Context. The structure and heating of coronal loops have been investigated for decades. Established scaling laws relate fundamental quantities like the loop apex temperature, pressure, length, and coronal heating. Aims: We test these scaling laws against a large-scale 3D magneto-hydrodynamics (MHD) model of the solar corona, which became feasible with current high-performance computing. Methods: We drove an active region simulation with photospheric observations and find strong similarities to the observed coronal loops in X-rays and extreme-ultraviolet (EUV) wavelength. A 3D reconstruction of stereoscopic observations shows that our model loops have a realistic spatial structure. We compared scaling laws to our model data extracted along an ensemble of field lines. Finally, we fit a new scaling law that represents hot loops and also cooler structures, which was not possible before based only on observations. Results: Our model data gives some support for scaling laws that were established for hot and EUV-emissive coronal loops. For the Rosner-Tucker-Vaiana (RTV) scaling law we find an offset to our model data, which can be explained by 1D considerations of a static loop with a constant heat input and conduction. With a fit to our model data we set up a new scaling law for the coronal heat input along magnetic field lines. Conclusions: RTV-like scaling laws were fitted to hot loops and therefore do not predict well the coronal heat input for cooler structures that are barely observable. The basic differences between 1D and self-consistent 3D modeling account for deviations between earlier scaling laws and ours. We also conclude that a heating mechanism by MHD-turbulent dissipation within a braided flux tube would heat the corona stronger than is consistent with our model corona.

  2. Flow Visualization within the Evaporator of Planar Loop Heat Pipe

    NASA Astrophysics Data System (ADS)

    Suh, Junwoo; Cytrynowicz, Debra; Medis, Praveen; Gerner, Frank M.; Henderson, H. Thurman

    2005-02-01

    A planar micro loop heat pipe (LHP) with coherent porous silicon (CPS) wick in the evaporator is a two-phase heat transfer device that utilizes evaporation and condensation to transfer heat. This CPS wick has thousands of pores, which are 2 micrometer in diameter, contained over an area of one square centimeter. As heat is applied to the evaporator, liquid is vaporized and evaporator chamber's pressure is increased. A meniscus formed at the liquid/vapor interface inside the pore of the CPS wick is supported by capillary forces even though pressure force pushes it down. Vapor flows through the vapor line to the condenser and condenses. Liquid is transported back to the evaporator due to pressure difference. The internal thermodynamics and fluid dynamics are poorly understood due to the difficulty of taking internal measurements and the complexity of two-phase phenomena. To understand this thermal device, the clear evaporator machined from Pyrex glass was utilized to monitor the complex phenomena which occur in the evaporator. These phenomena include vapor formation, nucleate boiling, evaporation, depriming, and pressure oscillation. DI-water was utilized as the working fluid.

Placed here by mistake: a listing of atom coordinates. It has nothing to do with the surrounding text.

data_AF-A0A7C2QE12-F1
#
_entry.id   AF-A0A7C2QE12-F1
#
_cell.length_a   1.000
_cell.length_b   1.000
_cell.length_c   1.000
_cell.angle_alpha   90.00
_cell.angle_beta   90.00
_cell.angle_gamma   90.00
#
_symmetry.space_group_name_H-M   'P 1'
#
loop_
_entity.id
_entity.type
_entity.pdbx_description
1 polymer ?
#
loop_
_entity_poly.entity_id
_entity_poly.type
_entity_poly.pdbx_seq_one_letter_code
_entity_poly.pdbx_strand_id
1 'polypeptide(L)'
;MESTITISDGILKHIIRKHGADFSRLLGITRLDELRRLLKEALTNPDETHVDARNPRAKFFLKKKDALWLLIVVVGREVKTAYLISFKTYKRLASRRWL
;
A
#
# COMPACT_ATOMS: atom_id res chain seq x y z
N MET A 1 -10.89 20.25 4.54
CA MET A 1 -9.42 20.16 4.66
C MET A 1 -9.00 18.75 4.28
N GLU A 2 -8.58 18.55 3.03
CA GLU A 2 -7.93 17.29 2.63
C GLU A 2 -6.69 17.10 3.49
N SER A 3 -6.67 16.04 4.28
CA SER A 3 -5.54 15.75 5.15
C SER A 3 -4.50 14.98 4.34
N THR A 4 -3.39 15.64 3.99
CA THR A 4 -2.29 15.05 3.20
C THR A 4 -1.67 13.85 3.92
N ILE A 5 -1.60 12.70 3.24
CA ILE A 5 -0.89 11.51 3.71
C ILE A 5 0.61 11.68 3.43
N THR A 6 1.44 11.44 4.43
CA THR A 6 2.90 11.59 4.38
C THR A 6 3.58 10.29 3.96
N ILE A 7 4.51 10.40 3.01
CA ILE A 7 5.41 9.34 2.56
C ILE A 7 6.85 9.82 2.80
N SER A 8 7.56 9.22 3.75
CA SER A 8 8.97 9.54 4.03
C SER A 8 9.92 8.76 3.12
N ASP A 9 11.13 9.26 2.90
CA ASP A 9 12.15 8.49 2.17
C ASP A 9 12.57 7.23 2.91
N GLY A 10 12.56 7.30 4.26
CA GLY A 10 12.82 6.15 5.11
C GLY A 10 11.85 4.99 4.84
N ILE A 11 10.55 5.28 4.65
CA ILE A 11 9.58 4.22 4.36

3. Numerical Simulations of Power Law Heating Functions for Quiescent Loops: Stability and Observables

    NASA Astrophysics Data System (ADS)

    Martens, P. C.; Winter, H. D.; Munetsi-Mugomba, K.

    2007-12-01

    We present the numerical simulations of quiescent coronal loops with heating functions that are power law functions of pressure and temperature. These simulations are made using a time-dependent, 1D hydrodynamics code with heating functions that are treated as dynamic variables which are constantly re- evaluated during the loops' lifetimes. These numerical simulations provide a stability test for the analytical solutions formulated by Martens (2007, submitted) for the same heating functions. TRACE and XRT datasets are simulated to determine if present observables can provide adequate information to discriminate between power law heating functions.

  4. Experiments on the acoustic solitary wave generated thermoacoustically in a looped tube

    NASA Astrophysics Data System (ADS)

    Shimizu, Dai; Sugimoto, Nobumasa

    2015-10-01

    Emergence of an acoustic solitary wave is demonstrated in a gas-filled, looped tube with an array of Helmholtz resonators connected. The solitary wave is generated thermoacoustically and spontaneously by a pair of stacks positioned diametrically on exactly the opposite side of the loop. The temperature gradient is imposed on both stacks in the same sense along the tube. The stacks made of ceramics and of many square pores are sandwiched by hot and cold heat exchangers. The pressure profile measured and the propagation speed show good agreements with the theoretical ones of the acoustic solitary wave obtained by Sugimoto (J. Acoust. Soc. Am., 99, 1971-1976 (1996)).

  5. Magnetic loop behind an interplanetary shock: Voyager, Helios and IMP-8 observations

    NASA Technical Reports Server (NTRS)

    Burlaga, L.; Sittler, E.; Mariani, F.; Schwenn, R.

    1981-01-01